Dave: She captured the vision of: “This is what a man is,” just by the way your wife and kids look at you. And she says, “Now, I've been”—that was the first week she was working with you—now, she's been with you for years, and she says, “This is the real deal; this is how he is.”

Brant: That’s a win. She's contrasting me with her background, too—which is, she's from this pretty tough family—they are athletes, and they're steel workers from Pittsburgh. She always thought: “That's masculinity.” And then, she starts working with me—I got puppets, you know—[Laughter]—it's quite a counterpoint; it's like, “What in the world?”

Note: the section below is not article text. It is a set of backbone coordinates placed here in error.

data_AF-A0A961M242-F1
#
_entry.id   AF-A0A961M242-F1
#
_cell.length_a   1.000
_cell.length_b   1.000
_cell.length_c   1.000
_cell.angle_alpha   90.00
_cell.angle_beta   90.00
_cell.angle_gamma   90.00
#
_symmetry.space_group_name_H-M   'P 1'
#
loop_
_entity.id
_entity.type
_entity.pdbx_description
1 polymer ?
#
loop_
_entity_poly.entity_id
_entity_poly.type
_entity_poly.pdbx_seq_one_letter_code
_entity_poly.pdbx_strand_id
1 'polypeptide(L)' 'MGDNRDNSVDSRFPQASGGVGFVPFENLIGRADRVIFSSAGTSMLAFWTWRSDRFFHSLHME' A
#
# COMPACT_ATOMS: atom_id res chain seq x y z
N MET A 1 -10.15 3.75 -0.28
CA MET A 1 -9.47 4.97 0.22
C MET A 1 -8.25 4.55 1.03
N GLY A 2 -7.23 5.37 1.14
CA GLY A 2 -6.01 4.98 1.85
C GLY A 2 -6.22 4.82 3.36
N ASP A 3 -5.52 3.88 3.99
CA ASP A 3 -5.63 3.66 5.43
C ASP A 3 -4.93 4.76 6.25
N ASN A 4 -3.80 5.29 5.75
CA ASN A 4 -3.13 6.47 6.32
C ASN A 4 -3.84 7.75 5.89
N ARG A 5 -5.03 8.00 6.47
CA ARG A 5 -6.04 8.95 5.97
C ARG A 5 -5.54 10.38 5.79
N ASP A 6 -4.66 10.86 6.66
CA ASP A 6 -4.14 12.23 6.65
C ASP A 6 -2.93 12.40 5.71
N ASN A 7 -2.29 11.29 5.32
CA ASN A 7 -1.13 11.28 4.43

Dave: What do you do with your puppets?

Brant: I play with them, man. [Laughter]

Dave: —on air?

Brant: Well, yes; I do—which is kind of funny, too—because people are like: “Does your mouth move?” I’m like, “I'm not doing ventriloquism.” [Laughter]

Anyway, it's one of those things, where it's like she was contrasting what she saw with me and realized that it really is about security. And then, seeing from her perspective—thankfully, she's like—“You're consistent in your character. You're honoring to me; I see how you honor your wife. You may want to write something about this.”

One other thing; honestly, I came from a pretty scary childhood. I'm cool with my dad now. My parents got divorced, and then remarried each other, and got divorced again. There was a lot of fear for me, growing up—a lot. I remember having an epiphany, when maybe I was 12; and I thought, “If I ever have a family/if I ever have kids, I know how they're not going to feel.”

Ann: Let me ask you: “Did that affect the way you viewed God? Were you afraid of God?”